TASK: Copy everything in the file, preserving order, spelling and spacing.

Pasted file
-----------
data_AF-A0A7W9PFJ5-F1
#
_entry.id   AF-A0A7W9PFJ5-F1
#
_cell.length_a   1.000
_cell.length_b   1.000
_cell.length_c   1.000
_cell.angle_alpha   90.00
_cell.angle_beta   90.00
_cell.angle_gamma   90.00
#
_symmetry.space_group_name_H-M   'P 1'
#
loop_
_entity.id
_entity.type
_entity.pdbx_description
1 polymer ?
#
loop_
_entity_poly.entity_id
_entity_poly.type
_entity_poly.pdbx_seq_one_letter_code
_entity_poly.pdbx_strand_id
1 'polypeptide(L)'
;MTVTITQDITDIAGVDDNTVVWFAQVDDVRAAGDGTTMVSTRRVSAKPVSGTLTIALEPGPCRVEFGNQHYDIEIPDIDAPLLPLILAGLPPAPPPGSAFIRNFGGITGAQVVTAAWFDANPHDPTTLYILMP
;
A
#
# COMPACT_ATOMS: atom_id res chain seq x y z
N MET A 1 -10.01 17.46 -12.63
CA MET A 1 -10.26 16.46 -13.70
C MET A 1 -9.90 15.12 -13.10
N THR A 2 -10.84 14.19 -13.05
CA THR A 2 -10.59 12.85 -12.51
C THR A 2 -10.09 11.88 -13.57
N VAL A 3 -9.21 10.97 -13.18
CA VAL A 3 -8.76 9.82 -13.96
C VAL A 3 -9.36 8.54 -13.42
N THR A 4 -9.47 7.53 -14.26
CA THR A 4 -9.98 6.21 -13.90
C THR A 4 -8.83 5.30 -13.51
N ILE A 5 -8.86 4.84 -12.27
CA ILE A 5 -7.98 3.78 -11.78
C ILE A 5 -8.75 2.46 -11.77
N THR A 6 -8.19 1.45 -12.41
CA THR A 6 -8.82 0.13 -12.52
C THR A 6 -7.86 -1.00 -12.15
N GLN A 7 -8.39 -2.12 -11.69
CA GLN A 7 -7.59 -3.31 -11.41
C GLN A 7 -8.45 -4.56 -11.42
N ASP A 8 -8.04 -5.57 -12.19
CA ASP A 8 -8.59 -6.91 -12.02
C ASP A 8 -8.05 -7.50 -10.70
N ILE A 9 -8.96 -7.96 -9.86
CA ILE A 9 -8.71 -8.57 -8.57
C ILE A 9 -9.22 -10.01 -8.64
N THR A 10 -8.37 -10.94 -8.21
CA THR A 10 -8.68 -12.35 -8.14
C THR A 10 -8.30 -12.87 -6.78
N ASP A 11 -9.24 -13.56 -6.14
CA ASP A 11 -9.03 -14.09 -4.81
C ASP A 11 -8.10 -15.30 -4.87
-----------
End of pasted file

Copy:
data_AF-A0A7W9PFJ5-F1
#
_entry.id   AF-A0A7W9PFJ5-F1
#
_cell.length_a   1.000
_cell.length_b   1.000
_cell.length_c   1.000
_cell.angle_alpha   90.00
_cell.angle_beta   90.00
_cell.angle_gamma   90.00
#
_symmetry.space_group_name_H-M   'P 1'
#
loop_
_entity.id
_entity.type
_entity.pdbx_description
1 polymer ?
#
loop_
_entity_poly.entity_id
_entity_poly.type
_entity_poly.pdbx_seq_one_letter_code
_entity_poly.pdbx_strand_id
1 'polypeptide(L)'
;MTVTITQDITDIAGVDDNTVVWFAQVDDVRAAGDGTTMVSTRRVSAKPVSGTLTIALEPGPCRVEFGNQHYDIEIPDIDAPLLPLILAGLPPAPPPGSAFIRNFGGITGAQVVTAAWFDANPHDPTTLYILMP
;
A
#
# COMPACT_ATOMS: atom_id res chain seq x y z
N MET A 1 -10.01 17.46 -12.63
CA MET A 1 -10.26 16.46 -13.70
C MET A 1 -9.90 15.12 -13.10
N THR A 2 -10.84 14.19 -13.05
CA THR A 2 -10.59 12.85 -12.51
C THR A 2 -10.09 11.88 -13.57
N VAL A 3 -9.21 10.97 -13.18
CA VAL A 3 -8.76 9.82 -13.96
C VAL A 3 -9.36 8.54 -13.42
N THR A 4 -9.47 7.53 -14.26
CA THR A 4 -9.98 6.21 -13.90
C THR A 4 -8.83 5.30 -13.51
N ILE A 5 -8.86 4.84 -12.27
CA ILE A 5 -7.98 3.78 -11.78
C ILE A 5 -8.75 2.46 -11.77
N THR A 6 -8.19 1.45 -12.41
CA THR A 6 -8.82 0.13 -12.52
C THR A 6 -7.86 -1.00 -12.15
N GLN A 7 -8.39 -2.12 -11.69
CA GLN A 7 -7.59 -3.31 -11.41
C GLN A 7 -8.45 -4.56 -11.42
N ASP A 8 -8.04 -5.57 -12.19
CA ASP A 8 -8.59 -6.91 -12.02
C ASP A 8 -8.05 -7.50 -10.70
N ILE A 9 -8.96 -7.96 -9.86
CA ILE A 9 -8.71 -8.57 -8.57
C ILE A 9 -9.22 -10.01 -8.64
N THR A 10 -8.37 -10.94 -8.21
CA THR A 10 -8.68 -12.35 -8.14
C THR A 10 -8.30 -12.87 -6.78
N ASP A 11 -9.24 -13.56 -6.14
CA ASP A 11 -9.03 -14.09 -4.81
C ASP A 11 -8.10 -15.30 -4.87